Israel’s parenting principles

(VOVWORLD) - Raising a happy, healthy child is one of the most challenging jobs a parent can have and also one of the most rewarding. Yet many of us don't approach parenting with the same focus we would use for a job. We may act on our instincts or just use the same parenting techniques our own parents used, whether or not these were effective. Is it the same all over the world? This week, I’ll talk with a mother from Israel to find out which methods or principles she and her husband are using to raise their children.
Israel’s parenting principles - ảnh 1Roni Reichbard and her family members. (Photo credit: Roni Reichbard)

Bao Tram: Welcome, Roni Reichbard, to VOV’s Cultural Rendezvous! Tell us a bit about yourself.  

Roni Reichbard: Hi! My name is Roni Reichbard. I’m almost 46 years old and from Tel Aviv, Israel. I’ve lived in Tel Aviv all my life. I’ve been married for 18 years. We have two children. My older daughter is 15 and a half and my son is just over 12. I’m a patent attorney. I’ve been practicing for about 19 years now.

Bao Tram: Parents wherever they are in the world always wonder about the best way to raise their children. What about you? What child-rearing methods are used by most Israeli parents?

Roni Reichbard:  Well, I can speak for myself and our family. I think it's not really a method of educating or parenting, it's more a matter of how you feel things should be done. And the basic values you want your children to have. When I say it’s not a method, I mean I wouldn't want to work according to a plan. It's something that you know how you want your family to be, and how you want your children to be. And that's how you act. You have your values, and you have the way you think things should be done, and the way you want your children to be raised according to your values, your surroundings. So if you want to know the Israeli way of parenting, I would say that, first of all, Israelis are very open. Israeli families are very open. Israelis are known to be very outgoing and very warm people. Of course, you know, people are different, but I'm talking in general. So you wouldn't see harsh discipline, or it’s less common to see harsh discipline in Israeli families, especially in young families. Maybe it was different in the old days. I'm talking about these days. So I can say that in our family, there's a lot of respect for the children. Even though they’re kids and we’re adults, we take notice of what they think and what they want.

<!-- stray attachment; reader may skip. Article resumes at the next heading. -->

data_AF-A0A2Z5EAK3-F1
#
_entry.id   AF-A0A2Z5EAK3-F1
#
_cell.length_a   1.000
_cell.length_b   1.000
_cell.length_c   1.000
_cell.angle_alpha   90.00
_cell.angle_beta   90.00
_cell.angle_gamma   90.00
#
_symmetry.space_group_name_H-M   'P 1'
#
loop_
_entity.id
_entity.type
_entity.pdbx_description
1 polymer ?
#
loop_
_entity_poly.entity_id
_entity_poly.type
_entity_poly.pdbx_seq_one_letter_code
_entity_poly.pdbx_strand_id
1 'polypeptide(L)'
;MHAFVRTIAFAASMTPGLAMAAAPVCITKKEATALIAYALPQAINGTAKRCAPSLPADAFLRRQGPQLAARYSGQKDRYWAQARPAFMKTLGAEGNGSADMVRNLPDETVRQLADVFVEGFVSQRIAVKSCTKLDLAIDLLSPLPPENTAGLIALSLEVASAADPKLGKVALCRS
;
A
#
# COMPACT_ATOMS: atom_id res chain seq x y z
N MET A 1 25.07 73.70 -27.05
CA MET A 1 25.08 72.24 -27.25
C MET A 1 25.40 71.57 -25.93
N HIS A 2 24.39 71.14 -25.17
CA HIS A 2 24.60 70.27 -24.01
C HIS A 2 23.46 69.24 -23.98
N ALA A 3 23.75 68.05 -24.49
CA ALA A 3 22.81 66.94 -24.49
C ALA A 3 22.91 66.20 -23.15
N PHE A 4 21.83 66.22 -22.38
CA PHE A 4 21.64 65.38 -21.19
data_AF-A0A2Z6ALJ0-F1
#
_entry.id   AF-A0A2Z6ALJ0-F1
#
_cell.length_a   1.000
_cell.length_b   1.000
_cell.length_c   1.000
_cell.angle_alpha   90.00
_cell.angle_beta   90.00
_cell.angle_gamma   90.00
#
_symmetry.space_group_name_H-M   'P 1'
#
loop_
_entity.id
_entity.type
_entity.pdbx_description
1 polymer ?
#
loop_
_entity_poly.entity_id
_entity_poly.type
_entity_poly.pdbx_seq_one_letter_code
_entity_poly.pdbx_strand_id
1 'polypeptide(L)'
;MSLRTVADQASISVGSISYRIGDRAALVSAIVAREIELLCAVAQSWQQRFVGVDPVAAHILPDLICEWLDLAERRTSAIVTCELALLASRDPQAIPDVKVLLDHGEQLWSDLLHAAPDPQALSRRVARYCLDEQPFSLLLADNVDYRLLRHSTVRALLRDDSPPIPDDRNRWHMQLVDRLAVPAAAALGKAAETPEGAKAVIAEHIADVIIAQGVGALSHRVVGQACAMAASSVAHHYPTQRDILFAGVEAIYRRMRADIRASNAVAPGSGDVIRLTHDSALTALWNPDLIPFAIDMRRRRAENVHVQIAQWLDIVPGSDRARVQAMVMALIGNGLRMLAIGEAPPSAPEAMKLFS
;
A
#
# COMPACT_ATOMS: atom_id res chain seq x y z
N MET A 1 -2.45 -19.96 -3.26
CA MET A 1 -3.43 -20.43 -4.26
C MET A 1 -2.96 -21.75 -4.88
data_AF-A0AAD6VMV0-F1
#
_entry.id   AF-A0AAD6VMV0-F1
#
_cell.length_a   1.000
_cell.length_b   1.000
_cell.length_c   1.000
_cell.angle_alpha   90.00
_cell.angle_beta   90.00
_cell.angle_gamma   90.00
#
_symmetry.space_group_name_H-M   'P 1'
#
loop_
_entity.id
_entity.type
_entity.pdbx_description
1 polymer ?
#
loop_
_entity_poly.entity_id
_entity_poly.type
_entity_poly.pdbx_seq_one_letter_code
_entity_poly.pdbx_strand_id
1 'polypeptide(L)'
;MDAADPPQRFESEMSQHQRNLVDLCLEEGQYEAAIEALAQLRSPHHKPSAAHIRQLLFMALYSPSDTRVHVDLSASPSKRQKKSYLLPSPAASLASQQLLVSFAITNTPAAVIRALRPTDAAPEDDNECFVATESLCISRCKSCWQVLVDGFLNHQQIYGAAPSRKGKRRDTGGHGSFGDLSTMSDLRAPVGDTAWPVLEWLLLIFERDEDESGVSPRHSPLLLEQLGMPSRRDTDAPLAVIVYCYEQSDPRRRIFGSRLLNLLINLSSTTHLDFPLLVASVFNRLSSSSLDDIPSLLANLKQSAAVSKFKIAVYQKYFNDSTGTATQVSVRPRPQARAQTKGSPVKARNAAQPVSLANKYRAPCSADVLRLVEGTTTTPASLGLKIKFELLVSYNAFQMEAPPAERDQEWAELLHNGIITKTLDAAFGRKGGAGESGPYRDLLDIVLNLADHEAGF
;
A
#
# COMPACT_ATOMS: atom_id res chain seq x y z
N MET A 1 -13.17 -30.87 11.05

Bao Tram: Can you give me a specific example?

Roni Reichbard:  I can give you an example. A few years ago, we were considering moving to a different house. That would mean we would leave Tel Aviv for a different city. We discussed this with the kids. At that time, our daughter had started in a new school and she said she couldn’t think of moving away because all of her friends were here and she had settled in with new friends and didn’t want to move away and leave them all behind. We considered everything and decided not to move, because her opinion mattered, even though she was only 13 at the time. We decided we would take her and our son’s thoughts into consideration. What I mean to say is that there are a lot of mistakes made between parents and children. An important value for my husband and me is the way we raise them, and I think it contributes to a good relationship between parents and children when there is mutual consideration and respect.